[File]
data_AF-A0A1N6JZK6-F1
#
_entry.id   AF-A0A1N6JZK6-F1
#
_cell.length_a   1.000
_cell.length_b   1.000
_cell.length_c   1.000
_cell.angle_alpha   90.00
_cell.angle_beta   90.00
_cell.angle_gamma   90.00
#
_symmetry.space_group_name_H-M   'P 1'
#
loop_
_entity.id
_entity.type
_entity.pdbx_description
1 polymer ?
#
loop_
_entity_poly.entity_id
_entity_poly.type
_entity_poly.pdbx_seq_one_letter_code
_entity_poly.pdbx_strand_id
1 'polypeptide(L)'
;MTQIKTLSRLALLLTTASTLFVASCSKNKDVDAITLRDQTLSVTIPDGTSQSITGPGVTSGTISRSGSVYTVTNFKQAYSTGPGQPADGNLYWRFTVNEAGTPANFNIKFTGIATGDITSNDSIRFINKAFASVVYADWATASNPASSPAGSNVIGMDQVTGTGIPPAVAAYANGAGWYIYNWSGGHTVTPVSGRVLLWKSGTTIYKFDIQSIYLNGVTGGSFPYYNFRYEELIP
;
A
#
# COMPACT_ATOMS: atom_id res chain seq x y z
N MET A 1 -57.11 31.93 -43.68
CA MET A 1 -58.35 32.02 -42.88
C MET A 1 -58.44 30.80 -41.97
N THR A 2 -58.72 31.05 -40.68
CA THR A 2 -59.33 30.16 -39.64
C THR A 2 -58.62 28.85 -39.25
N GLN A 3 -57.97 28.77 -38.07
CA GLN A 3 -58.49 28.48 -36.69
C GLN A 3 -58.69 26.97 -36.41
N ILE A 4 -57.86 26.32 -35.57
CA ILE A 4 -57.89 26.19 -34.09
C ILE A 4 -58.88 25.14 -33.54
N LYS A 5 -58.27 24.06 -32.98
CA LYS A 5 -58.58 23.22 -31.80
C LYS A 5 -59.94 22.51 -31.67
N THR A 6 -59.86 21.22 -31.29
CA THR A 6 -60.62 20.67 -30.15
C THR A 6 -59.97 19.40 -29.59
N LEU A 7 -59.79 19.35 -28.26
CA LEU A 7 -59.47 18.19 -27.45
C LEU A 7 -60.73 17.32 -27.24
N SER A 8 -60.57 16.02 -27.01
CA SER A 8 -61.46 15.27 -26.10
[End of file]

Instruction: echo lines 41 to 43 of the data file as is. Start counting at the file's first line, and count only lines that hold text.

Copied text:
CA ILE A 4 -57.89 26.19 -34.09
C ILE A 4 -58.88 25.14 -33.54
N LYS A 5 -58.27 24.06 -32.98